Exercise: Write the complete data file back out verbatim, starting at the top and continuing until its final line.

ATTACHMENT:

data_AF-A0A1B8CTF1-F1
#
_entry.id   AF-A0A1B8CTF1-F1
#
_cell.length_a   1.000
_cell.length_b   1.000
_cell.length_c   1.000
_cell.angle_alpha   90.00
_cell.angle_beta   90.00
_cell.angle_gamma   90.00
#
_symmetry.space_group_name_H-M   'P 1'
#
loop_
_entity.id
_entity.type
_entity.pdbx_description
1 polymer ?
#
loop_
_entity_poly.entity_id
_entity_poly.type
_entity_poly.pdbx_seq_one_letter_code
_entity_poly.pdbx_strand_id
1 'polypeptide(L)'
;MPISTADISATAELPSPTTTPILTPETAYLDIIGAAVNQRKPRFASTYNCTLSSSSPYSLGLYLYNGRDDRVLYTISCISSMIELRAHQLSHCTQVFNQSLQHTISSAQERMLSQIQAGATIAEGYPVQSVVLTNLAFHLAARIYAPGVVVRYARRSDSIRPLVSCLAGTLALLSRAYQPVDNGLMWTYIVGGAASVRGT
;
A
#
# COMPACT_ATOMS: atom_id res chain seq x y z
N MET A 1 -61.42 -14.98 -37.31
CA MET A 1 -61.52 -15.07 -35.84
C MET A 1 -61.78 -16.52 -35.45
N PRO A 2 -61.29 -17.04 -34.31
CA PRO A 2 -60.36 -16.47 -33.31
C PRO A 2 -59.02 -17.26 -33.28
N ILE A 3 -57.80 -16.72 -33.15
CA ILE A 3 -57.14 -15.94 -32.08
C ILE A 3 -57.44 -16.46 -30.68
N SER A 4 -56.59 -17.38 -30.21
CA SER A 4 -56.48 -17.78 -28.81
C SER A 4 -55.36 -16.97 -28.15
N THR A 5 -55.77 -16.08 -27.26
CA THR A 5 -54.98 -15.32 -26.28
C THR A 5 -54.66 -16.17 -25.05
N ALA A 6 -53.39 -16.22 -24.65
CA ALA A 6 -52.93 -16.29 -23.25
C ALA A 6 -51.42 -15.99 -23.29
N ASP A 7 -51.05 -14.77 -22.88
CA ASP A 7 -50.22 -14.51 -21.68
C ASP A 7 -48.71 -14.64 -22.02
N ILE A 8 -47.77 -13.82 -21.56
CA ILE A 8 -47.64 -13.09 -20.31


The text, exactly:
data_AF-A0A1B8CTF1-F1
#
_entry.id   AF-A0A1B8CTF1-F1
#
_cell.length_a   1.000
_cell.length_b   1.000
_cell.length_c   1.000
_cell.angle_alpha   90.00
_cell.angle_beta   90.00
_cell.angle_gamma   90.00
#
_symmetry.space_group_name_H-M   'P 1'
#
loop_
_entity.id
_entity.type
_entity.pdbx_description
1 polymer ?
#
loop_
_entity_poly.entity_id
_entity_poly.type
_entity_poly.pdbx_seq_one_letter_code
_entity_poly.pdbx_strand_id
1 'polypeptide(L)'
;MPISTADISATAELPSPTTTPILTPETAYLDIIGAAVNQRKPRFASTYNCTLSSSSPYSLGLYLYNGRDDRVLYTISCISSMIELRAHQLSHCTQVFNQSLQHTISSAQERMLSQIQAGATIAEGYPVQSVVLTNLAFHLAARIYAPGVVVRYARRSDSIRPLVSCLAGTLALLSRAYQPVDNGLMWTYIVGGAASVRGT
;
A
#
# COMPACT_ATOMS: atom_id res chain seq x y z
N MET A 1 -61.42 -14.98 -37.31
CA MET A 1 -61.52 -15.07 -35.84
C MET A 1 -61.78 -16.52 -35.45
N PRO A 2 -61.29 -17.04 -34.31
CA PRO A 2 -60.36 -16.47 -33.31
C PRO A 2 -59.02 -17.26 -33.28
N ILE A 3 -57.80 -16.72 -33.15
CA ILE A 3 -57.14 -15.94 -32.08
C ILE A 3 -57.44 -16.46 -30.68
N SER A 4 -56.59 -17.38 -30.21
CA SER A 4 -56.48 -17.78 -28.81
C SER A 4 -55.36 -16.97 -28.15
N THR A 5 -55.77 -16.08 -27.26
CA THR A 5 -54.98 -15.32 -26.28
C THR A 5 -54.66 -16.17 -25.05
N ALA A 6 -53.39 -16.22 -24.65
CA ALA A 6 -52.93 -16.29 -23.25
C ALA A 6 -51.42 -15.99 -23.29
N ASP A 7 -51.05 -14.77 -22.88
CA ASP A 7 -50.22 -14.51 -21.68
C ASP A 7 -48.71 -14.64 -22.02
N ILE A 8 -47.77 -13.82 -21.56
CA ILE A 8 -47.64 -13.09 -20.31